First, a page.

Even in the field that I taught and practiced for many years I found that a respect for thespaces in between is an essential functional and aesthetic element.   People sometimes mistake the motives of urban planners to be the desire to plan everything in the city, to have urbanism conform to what used to be called the master plan. Planners were sometimes regarded (and some have been) master manipulators, would-be omnipotent designers of the entirety of our spatial environment.   But that would be equivalent to filling every measure of music with notes, every millimeter of canvas with paint, and the city would be as oppressively dull if all of it were so planned.   No, the secret to creating good urbanism is to know what to leave un-planned , to know what spaces in between should be left to be “filled-in by experience, happenstance, history and serendipity. Just like music and painting and the written and spoken word, thespaces in between are what allow the art or the city to engage us in a manner whereby we can interact with them, the way our perceptions and thoughts and imaginations fill-in the spaces in between.


And can we forget that when we are gazing into the night sky we are not just viewing the stars, but stars set in the spaces in between ?   The universe is a vast region of Space-Time, mostly Space and mostly Time. I wonder whether we hubristic humans feel that our purpose in creation was to fill it all in.


And so, with our lives, with our own consciousness, do we need those spaces in between. We must reaffirm, re-capture, insist upon those periods with no external stimuli when, absorbed with space only for our own thoughts, in the time we allocate to contemplation and meditation, we again become a whole person who refuses to become a human black hole.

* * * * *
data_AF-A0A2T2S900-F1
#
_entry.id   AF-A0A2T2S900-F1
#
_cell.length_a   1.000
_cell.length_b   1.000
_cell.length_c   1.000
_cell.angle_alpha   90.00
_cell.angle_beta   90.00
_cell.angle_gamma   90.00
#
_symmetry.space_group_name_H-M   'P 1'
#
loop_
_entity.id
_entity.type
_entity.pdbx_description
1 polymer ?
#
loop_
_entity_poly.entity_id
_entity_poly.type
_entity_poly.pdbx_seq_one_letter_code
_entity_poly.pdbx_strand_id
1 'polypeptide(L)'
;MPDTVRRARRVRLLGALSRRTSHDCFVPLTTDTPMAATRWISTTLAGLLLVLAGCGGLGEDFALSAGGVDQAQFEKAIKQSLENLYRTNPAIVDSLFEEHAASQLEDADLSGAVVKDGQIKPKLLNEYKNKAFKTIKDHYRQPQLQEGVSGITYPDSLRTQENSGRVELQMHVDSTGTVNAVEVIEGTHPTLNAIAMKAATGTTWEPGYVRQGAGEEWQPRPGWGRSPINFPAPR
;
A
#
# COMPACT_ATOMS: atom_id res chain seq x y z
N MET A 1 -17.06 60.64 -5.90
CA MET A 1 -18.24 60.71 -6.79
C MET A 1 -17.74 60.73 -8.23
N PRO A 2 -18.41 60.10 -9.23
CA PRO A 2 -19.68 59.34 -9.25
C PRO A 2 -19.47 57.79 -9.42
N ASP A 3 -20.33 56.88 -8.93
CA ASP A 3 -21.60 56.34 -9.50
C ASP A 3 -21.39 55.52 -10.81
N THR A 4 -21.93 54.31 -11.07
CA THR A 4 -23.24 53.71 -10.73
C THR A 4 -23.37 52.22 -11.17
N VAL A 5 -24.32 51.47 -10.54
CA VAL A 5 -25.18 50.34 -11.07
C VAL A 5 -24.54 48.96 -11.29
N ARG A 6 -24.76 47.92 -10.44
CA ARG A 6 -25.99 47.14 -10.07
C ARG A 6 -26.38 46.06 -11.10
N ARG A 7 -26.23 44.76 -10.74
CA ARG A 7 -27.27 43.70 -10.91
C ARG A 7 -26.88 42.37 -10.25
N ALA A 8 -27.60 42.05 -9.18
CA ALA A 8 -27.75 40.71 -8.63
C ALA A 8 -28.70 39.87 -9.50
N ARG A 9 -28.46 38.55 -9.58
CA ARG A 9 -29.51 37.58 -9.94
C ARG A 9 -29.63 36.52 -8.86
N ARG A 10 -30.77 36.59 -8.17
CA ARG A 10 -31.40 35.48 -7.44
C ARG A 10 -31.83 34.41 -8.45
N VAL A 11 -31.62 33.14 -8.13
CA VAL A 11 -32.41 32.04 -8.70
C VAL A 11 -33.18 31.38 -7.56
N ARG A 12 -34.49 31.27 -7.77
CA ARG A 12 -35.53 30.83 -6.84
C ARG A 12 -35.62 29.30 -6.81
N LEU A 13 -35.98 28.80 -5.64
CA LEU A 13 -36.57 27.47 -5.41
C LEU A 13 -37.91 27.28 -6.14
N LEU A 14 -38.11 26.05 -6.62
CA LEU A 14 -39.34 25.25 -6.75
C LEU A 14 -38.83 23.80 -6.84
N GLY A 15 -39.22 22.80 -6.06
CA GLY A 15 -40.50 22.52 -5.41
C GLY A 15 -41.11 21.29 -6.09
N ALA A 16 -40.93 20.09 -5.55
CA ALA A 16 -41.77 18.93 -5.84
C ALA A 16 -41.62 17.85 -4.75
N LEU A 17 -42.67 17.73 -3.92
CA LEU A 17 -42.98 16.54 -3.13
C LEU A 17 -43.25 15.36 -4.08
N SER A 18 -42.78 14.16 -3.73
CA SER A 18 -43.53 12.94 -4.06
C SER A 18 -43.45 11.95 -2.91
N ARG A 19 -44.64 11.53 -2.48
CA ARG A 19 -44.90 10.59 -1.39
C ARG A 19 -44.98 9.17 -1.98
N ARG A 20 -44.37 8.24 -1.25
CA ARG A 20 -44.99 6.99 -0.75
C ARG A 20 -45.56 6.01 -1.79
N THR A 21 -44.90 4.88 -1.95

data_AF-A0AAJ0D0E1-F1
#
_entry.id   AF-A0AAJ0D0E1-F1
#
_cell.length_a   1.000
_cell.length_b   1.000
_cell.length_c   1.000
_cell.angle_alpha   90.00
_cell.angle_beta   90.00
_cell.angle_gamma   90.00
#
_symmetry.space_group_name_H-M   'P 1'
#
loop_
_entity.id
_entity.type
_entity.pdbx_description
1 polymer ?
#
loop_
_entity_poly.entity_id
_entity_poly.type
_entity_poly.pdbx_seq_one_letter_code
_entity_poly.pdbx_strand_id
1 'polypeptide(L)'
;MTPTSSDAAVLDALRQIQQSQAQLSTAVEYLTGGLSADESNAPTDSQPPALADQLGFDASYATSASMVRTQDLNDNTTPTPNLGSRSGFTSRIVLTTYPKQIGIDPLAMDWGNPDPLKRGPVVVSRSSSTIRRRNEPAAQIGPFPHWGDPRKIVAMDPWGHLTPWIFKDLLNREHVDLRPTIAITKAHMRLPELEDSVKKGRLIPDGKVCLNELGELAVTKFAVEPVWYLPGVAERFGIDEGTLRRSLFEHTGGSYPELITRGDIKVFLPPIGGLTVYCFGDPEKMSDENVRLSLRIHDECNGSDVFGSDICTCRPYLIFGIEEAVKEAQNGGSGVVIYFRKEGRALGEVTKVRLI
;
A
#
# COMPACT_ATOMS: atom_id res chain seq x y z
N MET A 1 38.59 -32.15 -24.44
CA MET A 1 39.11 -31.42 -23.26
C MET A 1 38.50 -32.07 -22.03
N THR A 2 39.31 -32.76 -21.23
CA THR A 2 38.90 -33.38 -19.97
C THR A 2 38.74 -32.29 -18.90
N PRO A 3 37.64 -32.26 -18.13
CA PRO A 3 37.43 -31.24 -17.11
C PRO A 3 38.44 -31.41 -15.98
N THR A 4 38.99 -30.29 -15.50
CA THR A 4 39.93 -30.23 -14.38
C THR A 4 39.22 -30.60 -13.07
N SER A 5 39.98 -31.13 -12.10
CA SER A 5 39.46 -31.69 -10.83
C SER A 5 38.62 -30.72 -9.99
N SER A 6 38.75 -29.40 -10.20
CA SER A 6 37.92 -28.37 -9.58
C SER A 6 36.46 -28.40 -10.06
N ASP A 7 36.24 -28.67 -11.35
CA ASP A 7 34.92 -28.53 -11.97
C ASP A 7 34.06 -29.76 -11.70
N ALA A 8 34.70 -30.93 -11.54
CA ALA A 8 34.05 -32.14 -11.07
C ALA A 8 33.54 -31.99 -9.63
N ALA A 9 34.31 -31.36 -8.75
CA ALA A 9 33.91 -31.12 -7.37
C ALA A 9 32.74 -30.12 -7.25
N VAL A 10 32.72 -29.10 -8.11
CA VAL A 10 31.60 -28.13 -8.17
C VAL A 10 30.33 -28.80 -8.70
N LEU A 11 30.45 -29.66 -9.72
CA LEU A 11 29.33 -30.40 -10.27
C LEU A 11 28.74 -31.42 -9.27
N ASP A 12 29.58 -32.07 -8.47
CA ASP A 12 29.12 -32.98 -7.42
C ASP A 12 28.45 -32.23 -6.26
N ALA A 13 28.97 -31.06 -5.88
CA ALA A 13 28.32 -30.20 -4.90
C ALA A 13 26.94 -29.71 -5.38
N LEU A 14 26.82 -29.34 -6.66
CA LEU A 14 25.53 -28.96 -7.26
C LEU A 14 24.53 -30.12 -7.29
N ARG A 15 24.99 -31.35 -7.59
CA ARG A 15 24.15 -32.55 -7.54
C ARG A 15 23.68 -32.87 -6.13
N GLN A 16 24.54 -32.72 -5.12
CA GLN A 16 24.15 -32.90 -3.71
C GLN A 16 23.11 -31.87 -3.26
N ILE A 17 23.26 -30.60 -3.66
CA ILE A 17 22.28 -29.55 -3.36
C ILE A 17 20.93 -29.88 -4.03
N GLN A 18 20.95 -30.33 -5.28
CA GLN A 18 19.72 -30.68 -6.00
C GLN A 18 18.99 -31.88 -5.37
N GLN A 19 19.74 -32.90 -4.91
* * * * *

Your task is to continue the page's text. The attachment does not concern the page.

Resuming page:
©2007, James A. Clapp (UrbisMedia Ltd. Pub. 2.16.2007)

[1] The Rugby Sevens, sides of seven players rather than the usual fifteen, is played largely by nation-based teams from the erstwhile British Commonwealth.   Two seven minute halves constitute a match.   The game is fast, and wide open, with scoring frequent and often by exciting open field runs.   In fact, the space between , i.e., the openness of the game, as played on the same size field as that played on by the larger sides, factors significantly into making the Sevens one of the most exciting sporting events in the world.   In the space of two to four days as many as 30 teams may play several matches to determine an overall champion.   Figi, a powerful teams of players with blazing speed, won the tournament that prompted this eassy.